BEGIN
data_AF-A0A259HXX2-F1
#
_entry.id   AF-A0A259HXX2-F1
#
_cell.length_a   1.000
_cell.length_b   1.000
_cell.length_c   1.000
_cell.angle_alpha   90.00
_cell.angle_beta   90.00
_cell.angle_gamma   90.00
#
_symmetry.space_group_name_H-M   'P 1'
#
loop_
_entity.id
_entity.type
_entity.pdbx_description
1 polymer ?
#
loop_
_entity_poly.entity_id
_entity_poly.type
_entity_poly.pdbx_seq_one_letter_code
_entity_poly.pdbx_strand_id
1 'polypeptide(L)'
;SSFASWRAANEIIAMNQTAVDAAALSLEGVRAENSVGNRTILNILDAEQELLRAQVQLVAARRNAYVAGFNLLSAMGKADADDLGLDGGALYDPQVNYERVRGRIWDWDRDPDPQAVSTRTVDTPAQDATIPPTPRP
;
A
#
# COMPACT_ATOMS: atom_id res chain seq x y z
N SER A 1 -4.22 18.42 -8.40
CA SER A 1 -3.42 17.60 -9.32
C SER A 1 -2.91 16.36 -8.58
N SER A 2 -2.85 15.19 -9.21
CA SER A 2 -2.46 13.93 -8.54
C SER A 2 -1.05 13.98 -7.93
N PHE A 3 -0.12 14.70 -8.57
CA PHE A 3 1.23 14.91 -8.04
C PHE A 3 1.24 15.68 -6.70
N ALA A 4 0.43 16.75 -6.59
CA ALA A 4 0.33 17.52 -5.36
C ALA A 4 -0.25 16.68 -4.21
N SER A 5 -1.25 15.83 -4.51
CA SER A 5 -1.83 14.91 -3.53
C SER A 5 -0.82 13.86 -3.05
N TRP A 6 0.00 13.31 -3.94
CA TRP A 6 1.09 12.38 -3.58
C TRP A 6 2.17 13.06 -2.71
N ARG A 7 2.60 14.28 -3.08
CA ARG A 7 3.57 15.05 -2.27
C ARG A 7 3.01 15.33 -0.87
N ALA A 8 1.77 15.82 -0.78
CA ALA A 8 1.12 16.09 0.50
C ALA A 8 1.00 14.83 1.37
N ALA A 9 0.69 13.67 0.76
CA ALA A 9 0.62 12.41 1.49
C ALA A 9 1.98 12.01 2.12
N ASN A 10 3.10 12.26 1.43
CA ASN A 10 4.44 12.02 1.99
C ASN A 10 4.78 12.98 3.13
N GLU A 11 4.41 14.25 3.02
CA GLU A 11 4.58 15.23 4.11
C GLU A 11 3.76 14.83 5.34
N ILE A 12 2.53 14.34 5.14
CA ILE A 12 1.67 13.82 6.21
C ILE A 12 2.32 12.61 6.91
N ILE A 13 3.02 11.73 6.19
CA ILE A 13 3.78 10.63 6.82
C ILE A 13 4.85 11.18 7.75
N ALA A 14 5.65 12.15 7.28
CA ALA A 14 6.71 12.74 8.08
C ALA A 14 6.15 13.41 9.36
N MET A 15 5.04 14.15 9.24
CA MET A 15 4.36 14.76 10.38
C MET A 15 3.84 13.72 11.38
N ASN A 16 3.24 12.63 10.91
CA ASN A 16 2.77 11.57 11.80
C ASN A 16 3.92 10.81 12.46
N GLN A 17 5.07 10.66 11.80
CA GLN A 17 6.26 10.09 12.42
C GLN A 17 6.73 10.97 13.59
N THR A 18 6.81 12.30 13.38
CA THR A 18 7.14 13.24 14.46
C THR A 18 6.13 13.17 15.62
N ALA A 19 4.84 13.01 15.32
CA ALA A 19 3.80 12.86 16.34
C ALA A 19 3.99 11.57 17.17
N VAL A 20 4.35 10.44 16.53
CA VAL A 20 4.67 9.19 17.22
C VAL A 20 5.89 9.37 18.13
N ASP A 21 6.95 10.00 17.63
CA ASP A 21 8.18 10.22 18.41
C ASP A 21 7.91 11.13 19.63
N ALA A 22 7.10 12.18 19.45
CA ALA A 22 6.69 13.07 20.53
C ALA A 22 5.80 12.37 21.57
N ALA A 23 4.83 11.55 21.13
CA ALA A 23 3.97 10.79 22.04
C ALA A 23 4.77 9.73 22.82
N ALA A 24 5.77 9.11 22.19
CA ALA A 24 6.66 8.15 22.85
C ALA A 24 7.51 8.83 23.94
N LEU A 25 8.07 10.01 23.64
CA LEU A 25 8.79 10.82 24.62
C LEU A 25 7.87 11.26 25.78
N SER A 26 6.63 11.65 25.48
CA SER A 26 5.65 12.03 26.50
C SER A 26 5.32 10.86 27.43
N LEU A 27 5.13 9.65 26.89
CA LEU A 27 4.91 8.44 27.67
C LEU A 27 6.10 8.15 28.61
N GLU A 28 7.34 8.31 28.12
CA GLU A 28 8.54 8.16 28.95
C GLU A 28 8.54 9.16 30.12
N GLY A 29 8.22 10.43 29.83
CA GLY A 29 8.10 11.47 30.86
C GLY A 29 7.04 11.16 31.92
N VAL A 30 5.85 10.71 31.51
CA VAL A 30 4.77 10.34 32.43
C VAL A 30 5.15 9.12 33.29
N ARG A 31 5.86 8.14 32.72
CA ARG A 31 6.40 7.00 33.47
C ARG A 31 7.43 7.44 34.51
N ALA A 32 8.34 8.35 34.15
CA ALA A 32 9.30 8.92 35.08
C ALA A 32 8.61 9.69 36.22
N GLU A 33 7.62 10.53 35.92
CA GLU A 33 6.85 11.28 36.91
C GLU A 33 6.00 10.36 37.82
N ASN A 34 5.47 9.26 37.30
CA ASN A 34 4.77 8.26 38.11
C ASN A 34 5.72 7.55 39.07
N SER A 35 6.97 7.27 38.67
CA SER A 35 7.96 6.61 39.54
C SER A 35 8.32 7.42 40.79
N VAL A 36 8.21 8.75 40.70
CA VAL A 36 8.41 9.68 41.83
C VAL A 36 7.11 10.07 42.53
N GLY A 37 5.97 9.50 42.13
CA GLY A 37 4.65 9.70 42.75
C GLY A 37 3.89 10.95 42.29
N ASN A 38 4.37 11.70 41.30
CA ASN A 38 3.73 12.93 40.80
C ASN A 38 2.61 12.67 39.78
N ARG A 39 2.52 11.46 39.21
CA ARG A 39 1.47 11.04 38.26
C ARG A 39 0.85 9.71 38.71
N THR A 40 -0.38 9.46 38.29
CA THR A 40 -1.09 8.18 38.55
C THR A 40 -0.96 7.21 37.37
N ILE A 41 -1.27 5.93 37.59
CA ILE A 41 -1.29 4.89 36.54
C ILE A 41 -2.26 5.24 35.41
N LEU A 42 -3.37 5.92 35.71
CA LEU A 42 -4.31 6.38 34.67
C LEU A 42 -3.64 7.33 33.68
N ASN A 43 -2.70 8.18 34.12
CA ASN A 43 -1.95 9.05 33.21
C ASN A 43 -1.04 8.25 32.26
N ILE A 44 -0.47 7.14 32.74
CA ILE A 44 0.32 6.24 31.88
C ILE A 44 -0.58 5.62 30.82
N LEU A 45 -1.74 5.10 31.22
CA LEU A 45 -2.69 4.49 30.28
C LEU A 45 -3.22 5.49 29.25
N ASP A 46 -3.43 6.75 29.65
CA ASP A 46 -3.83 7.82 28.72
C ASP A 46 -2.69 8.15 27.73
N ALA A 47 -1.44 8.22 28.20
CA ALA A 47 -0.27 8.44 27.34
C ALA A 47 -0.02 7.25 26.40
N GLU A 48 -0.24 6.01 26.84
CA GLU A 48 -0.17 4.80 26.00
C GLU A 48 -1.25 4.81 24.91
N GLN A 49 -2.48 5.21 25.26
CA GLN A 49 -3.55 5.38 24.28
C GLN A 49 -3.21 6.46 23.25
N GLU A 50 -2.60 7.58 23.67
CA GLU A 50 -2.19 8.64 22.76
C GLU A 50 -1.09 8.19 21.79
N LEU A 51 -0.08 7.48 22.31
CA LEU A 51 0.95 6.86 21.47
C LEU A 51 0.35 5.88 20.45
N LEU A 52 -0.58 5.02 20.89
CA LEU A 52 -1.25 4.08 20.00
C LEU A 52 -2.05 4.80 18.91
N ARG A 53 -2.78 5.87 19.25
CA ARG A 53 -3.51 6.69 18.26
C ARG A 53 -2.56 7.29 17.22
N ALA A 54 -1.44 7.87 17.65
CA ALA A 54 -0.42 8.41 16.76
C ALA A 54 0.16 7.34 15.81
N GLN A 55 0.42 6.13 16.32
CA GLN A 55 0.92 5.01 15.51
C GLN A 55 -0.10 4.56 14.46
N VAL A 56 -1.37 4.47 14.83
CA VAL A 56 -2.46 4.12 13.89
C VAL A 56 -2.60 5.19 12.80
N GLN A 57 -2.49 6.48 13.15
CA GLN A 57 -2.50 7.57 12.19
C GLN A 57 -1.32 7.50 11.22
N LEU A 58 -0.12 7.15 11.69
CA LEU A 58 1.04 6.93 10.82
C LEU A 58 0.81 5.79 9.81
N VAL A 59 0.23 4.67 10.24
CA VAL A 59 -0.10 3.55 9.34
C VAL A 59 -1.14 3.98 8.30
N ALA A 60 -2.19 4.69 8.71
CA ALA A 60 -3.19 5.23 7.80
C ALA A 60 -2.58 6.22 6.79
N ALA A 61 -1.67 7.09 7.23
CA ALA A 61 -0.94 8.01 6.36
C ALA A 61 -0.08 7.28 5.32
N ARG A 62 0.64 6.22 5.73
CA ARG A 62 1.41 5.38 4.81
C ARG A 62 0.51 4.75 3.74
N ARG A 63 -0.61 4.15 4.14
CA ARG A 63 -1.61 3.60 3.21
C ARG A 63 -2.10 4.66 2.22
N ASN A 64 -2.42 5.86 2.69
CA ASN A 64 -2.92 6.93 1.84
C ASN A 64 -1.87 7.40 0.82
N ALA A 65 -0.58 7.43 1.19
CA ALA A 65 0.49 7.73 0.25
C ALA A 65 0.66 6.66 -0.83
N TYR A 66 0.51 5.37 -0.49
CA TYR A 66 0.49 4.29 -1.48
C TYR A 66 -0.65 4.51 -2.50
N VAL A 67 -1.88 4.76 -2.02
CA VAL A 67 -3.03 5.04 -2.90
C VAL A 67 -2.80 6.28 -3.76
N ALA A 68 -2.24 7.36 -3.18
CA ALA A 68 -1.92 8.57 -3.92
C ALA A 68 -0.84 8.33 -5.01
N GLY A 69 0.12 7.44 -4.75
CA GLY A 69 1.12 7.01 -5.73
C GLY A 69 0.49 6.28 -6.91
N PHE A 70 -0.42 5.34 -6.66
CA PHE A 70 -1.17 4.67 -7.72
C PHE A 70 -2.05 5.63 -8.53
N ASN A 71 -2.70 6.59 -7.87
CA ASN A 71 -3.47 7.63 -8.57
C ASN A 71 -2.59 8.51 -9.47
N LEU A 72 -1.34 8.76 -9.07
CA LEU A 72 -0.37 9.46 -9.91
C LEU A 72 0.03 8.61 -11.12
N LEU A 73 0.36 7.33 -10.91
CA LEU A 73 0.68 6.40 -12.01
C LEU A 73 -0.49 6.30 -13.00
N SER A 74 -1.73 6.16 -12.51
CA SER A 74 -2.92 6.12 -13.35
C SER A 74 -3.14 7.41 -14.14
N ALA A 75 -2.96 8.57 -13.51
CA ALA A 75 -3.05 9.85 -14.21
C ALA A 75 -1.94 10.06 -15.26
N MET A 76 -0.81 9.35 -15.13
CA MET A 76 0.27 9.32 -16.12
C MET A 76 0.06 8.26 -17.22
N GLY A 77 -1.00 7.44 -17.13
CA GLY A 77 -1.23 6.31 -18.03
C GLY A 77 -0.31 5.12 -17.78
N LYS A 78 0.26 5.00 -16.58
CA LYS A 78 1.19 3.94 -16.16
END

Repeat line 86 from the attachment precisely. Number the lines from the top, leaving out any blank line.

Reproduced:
CA ALA A 19 3.80 12.86 16.34